Next PM should legislate to end repeated investigations of British troops – MPs
Defence Secretary Penny Mordaunt has also set out proposals to provide veterans with stronger legal safeguards.
MPs have urged the next prime minister to legislate to end the “ridiculous charade” of “vexatious” and repeated investigations into alleged historical offences by British troops.
It comes after Defence Secretary Penny Mordaunt set out proposals to give “our valiant veterans with better support and stronger legal safeguards”.
The Commons Defence Select Committee has called on the next government to bring forward proposals for a “presumption against prosecution” for alleged offences in operations overseas in the form of a draft Bill.
In its report, entitled Drawing A Line: Protecting Veterans By A Statute Of Limitations, the MPs warned that repeated investigations risk undermining morale within the armed forces as well as trust in the rule of law.
While the committee stated that troops are not above the law, it said there is “something fundamentally wrong when veterans and current service personnel can be investigated and exonerated, only then to become trapped in a cycle of endless re-investigation”.
“We warn that this state of affairs risks undermining not only morale within the armed forces, and the potential for future recruitment, but also trust in the rule of law,” they said.
The committee welcomed plans put forward by Ms Mordaunt to create a “statutory presumption” against prosecution of current or former personnel for alleged offences committed in the course of duty abroad more than 10 years ago.
The legislation, which is subject to public consultation, will stipulate that such prosecutions are not in the public interest unless there are “exceptional circumstances”, such as if compelling new evidence emerged.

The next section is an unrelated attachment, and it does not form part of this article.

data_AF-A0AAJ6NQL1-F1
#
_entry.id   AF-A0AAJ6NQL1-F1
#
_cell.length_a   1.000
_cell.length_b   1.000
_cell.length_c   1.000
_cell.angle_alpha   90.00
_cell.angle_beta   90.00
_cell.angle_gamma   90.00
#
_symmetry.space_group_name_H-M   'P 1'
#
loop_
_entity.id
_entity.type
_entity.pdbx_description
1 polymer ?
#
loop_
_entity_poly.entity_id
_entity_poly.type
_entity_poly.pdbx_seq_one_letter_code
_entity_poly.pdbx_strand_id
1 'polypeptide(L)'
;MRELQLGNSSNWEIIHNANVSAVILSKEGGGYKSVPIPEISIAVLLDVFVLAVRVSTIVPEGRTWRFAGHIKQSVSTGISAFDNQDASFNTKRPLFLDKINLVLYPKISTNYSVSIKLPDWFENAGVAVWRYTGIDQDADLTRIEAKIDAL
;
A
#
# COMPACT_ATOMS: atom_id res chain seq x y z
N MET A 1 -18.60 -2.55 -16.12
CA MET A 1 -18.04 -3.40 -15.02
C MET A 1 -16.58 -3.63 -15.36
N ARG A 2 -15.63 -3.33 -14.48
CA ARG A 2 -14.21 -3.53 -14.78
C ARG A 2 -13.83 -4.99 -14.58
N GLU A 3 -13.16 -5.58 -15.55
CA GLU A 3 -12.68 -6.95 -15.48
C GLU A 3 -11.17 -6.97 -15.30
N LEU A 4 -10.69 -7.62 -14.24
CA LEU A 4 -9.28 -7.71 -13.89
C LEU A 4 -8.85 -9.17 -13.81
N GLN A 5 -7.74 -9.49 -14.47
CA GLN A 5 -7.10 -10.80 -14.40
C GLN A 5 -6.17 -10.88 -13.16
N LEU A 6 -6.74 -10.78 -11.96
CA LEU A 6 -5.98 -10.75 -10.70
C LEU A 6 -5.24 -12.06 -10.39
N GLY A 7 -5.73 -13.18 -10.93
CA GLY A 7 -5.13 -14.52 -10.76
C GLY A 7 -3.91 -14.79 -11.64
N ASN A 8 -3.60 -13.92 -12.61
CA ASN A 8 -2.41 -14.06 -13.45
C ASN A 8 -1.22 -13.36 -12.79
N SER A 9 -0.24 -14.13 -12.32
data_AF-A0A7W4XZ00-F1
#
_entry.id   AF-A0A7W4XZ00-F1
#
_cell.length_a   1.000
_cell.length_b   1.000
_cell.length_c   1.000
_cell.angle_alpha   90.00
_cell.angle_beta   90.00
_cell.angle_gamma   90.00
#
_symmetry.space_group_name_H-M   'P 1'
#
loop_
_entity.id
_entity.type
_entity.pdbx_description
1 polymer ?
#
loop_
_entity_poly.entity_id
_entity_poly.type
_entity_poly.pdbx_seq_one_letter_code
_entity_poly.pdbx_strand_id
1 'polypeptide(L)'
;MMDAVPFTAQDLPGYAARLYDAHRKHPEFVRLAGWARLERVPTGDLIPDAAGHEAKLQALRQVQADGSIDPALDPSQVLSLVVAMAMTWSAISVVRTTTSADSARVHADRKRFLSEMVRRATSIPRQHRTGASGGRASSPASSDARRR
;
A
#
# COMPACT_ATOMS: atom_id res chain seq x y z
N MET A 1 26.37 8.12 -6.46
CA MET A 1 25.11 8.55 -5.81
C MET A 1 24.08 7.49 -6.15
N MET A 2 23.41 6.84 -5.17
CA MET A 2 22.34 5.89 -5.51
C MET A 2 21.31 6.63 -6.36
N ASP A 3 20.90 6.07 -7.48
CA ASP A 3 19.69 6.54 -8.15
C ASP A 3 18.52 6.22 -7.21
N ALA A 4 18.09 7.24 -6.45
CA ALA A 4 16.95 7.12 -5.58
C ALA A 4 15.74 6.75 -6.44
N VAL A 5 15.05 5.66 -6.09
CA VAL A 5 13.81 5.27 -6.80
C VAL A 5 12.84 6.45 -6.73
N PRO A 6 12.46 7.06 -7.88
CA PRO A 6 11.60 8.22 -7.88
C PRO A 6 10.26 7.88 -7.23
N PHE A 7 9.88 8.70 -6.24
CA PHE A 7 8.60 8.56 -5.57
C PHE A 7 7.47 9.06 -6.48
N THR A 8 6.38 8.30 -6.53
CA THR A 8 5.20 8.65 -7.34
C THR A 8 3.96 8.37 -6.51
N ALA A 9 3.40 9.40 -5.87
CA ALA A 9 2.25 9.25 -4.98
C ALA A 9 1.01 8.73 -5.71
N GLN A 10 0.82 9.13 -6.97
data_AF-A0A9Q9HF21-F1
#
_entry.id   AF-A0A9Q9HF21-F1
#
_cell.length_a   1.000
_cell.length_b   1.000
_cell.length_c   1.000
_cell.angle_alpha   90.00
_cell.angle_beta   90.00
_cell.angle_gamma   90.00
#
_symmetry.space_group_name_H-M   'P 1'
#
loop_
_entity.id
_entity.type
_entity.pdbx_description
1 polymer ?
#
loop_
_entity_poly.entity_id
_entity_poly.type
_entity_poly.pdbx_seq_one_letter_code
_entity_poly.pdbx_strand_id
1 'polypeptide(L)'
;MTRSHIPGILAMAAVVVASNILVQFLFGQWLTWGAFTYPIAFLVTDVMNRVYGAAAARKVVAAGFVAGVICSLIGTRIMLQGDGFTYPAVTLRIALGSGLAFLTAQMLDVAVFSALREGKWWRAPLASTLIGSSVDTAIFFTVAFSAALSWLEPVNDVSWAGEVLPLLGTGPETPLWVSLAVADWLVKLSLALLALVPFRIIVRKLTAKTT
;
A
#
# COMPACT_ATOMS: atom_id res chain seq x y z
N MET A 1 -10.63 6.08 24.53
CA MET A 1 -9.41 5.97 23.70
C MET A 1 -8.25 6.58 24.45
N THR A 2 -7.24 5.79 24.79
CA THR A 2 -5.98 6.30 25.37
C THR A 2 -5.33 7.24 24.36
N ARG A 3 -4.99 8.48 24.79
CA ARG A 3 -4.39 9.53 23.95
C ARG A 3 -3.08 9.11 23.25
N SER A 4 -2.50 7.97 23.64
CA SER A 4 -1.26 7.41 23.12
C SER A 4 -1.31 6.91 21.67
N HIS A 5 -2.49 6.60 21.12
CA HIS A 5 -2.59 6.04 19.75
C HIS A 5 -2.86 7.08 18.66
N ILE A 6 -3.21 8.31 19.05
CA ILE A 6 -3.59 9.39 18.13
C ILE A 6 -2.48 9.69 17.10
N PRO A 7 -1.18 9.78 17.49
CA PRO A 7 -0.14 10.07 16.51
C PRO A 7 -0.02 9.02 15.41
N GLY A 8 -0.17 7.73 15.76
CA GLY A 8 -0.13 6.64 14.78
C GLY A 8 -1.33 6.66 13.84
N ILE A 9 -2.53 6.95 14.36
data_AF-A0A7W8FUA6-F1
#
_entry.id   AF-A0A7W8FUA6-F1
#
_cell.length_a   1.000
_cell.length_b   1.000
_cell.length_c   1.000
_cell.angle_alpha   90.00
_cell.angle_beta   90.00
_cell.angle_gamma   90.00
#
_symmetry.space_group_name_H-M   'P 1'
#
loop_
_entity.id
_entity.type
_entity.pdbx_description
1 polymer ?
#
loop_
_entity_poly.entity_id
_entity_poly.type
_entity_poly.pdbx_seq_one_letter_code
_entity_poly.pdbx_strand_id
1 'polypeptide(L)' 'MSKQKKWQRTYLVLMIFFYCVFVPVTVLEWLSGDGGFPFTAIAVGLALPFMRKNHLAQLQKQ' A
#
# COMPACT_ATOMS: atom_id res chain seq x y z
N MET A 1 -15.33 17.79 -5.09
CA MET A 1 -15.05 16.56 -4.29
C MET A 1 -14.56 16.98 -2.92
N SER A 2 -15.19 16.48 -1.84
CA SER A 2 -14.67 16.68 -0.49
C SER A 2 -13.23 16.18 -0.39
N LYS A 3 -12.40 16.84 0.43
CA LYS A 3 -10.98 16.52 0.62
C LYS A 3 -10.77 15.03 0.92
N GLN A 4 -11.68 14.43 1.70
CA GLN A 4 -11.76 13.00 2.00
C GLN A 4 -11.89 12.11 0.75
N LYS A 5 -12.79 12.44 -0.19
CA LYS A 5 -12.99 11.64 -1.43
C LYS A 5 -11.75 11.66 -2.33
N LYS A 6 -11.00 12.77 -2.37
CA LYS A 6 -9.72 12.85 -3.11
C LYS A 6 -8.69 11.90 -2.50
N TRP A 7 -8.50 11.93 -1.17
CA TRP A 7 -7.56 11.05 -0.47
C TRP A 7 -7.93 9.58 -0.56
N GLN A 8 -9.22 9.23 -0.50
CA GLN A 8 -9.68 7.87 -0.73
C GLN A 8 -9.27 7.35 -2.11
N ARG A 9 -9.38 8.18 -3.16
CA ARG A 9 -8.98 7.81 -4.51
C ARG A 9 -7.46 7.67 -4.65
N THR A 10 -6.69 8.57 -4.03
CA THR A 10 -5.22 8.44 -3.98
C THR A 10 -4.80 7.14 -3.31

Writing in the Daily Mail, Ms Mordaunt said that, just as Britain treasures veterans of older conflicts, so too it must support those who have served in recent campaigns including Afghanistan and Iraq.
“They also never thought twice about giving their all for us. We owe them a huge debt as well. They had our backs. We must have theirs,” she wrote.
Ms Mordaunt also added that the Government “must address the spectre of investigations into historic allegations”.
“Veterans and serving personnel alike have been hounded by processes often not motivated by the pursuit of justice,” she said.
“We’ve seen the same allegations investigated over and over again, without a shred of new evidence. We’ve seen unscrupulous legal firms racking up legal aid bills for fabricated accusations.
“And we’ve seen attempts by them to pursue cases that stand no chance of a conviction, putting those accused through hell. This is a travesty.”
Ms Mordaunt acknowledged that there are occasional cases where serving personnel have committed offences, adding: “Such individuals should not escape justice.”
But the committee – whose report covers legacy investigations in Afghanistan, Iraq and Northern Ireland – said it was concerned the proposal will not cover soldiers who served during the Troubles.
The Defence Secretary’s proposals apply to operations overseas, but she also acknowledged significant concern about those who served in Northern Ireland.
She said the Government’s obligations to those veterans was the same.
Committee chairman and Tory MP Dr Julian Lewis said: “We believe in what we term a ‘Qualified Statute of Limitations’ – one that draws a line after a decade has elapsed unless compelling new evidence can be produced.
“To meet the requirements of international law that adequate investigation must have taken place, this process could include a Truth Recovery Process where evidence can be taken, without threat of prosecution, finally to uncover the facts.”
Conservative committee member Johnny Mercer – a former Army officer – said: “The time for successive secretaries of state to put this issue in the ‘too difficult’ box has officially passed with the conclusions of this report.
“There are options available to end what I consider one of the greatest injustices we self-inflict upon those who serve.
“I and others fully expect the next prime minister to end this ridiculous charade and legislate to prevent abuses of the legal system by those who seek to rewrite history.”
A Ministry of Defence spokesman said: “No-one wants to see our brave personnel subjected to repeated investigations about historical offences, which is why we are launching a consultation today on proposals for providing legal protections for serving and former armed forces personnel.
“The consultation will also propose introducing an absolute time limit for bringing civil litigation claims against the Government, allowing a line to be drawn under claims for historical incidents overseas once and for all.”
The new prime minister – either Boris Johnson or Jeremy Hunt – will enter Downing Street on Wednesday following the result of the Tory leadership contest.